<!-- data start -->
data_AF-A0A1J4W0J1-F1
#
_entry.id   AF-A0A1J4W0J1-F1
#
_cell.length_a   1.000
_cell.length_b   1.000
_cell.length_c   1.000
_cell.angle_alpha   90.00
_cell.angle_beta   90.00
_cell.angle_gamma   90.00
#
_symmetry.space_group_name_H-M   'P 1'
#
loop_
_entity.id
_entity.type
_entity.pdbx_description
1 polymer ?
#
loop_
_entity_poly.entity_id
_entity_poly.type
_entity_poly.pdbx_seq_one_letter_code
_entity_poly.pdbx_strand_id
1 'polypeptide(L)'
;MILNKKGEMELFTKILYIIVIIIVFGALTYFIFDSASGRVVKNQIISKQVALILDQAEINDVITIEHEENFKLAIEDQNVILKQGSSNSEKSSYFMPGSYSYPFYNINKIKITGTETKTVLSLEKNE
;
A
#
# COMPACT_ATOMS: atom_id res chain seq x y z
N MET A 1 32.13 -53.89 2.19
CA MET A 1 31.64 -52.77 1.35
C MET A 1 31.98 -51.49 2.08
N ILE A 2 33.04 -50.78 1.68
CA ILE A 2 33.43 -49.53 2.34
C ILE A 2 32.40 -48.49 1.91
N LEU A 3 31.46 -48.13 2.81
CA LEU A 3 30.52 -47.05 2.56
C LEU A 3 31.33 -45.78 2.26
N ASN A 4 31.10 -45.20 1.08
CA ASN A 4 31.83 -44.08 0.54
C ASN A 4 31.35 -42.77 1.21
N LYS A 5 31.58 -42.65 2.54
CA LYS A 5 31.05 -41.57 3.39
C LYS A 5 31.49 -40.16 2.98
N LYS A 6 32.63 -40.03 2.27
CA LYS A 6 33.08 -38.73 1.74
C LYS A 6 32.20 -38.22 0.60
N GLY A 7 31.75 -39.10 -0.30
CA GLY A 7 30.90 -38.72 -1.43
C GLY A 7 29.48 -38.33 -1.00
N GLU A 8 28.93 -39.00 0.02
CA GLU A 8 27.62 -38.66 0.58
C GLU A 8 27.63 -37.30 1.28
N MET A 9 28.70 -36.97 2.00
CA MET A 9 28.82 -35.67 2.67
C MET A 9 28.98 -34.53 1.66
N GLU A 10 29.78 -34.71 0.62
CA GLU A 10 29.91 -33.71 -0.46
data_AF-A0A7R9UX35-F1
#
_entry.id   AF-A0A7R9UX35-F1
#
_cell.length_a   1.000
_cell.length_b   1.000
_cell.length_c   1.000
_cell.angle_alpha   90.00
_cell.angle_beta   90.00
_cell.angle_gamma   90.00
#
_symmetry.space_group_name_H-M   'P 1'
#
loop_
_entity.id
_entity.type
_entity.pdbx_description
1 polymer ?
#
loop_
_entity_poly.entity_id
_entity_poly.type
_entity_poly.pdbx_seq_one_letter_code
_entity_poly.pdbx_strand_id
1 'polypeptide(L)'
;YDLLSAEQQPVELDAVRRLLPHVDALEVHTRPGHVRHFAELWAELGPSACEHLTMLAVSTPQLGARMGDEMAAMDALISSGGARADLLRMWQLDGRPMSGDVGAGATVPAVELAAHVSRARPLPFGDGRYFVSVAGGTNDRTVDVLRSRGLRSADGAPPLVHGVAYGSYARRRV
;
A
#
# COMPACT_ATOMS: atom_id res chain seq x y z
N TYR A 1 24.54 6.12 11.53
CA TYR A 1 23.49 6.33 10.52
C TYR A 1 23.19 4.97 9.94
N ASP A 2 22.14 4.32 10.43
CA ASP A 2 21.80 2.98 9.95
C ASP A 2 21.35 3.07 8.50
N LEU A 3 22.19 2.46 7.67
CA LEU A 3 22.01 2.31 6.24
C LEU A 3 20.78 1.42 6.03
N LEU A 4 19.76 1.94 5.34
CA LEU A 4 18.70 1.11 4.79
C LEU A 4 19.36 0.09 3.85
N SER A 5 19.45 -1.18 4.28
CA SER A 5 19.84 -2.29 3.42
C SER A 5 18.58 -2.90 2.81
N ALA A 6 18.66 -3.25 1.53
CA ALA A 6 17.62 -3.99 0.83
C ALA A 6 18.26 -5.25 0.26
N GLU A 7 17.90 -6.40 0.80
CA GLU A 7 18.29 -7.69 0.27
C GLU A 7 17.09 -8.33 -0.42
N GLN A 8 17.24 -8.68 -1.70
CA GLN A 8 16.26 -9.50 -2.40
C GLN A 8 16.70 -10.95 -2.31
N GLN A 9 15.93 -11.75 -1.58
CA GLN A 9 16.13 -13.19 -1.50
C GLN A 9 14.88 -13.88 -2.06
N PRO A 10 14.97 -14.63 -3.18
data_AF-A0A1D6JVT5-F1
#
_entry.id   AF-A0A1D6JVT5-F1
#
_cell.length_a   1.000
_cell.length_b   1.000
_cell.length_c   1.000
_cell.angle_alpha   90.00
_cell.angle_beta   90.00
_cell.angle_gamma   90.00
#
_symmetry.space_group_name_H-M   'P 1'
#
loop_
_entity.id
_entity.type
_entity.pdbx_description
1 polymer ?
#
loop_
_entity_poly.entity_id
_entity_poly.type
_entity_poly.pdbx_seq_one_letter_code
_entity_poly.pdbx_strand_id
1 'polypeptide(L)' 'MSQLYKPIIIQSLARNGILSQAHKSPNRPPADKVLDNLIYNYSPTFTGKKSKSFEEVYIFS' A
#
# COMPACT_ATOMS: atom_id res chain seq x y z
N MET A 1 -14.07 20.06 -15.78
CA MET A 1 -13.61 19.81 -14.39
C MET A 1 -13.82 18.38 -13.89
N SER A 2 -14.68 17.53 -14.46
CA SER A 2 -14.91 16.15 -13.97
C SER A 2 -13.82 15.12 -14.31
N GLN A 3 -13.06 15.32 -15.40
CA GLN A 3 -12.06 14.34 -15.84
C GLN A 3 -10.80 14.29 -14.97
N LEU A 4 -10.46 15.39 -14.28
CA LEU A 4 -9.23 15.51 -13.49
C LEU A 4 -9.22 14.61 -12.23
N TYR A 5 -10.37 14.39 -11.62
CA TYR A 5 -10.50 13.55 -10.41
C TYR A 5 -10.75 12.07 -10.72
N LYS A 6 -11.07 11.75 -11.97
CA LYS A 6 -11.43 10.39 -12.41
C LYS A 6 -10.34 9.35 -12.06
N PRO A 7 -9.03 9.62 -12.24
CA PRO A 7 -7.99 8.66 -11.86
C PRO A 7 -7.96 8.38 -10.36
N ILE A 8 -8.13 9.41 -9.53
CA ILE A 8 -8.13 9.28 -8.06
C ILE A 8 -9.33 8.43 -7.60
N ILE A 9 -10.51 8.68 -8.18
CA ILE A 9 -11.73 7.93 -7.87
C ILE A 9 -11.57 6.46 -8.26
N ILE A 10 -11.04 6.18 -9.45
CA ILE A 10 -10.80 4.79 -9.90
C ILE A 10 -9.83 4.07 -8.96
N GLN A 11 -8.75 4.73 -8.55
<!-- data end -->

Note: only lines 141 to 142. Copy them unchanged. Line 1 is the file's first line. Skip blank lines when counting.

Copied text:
_entity_poly.pdbx_strand_id
1 'polypeptide(L)' 'MSQLYKPIIIQSLARNGILSQAHKSPNRPPADKVLDNLIYNYSPTFTGKKSKSFEEVYIFS' A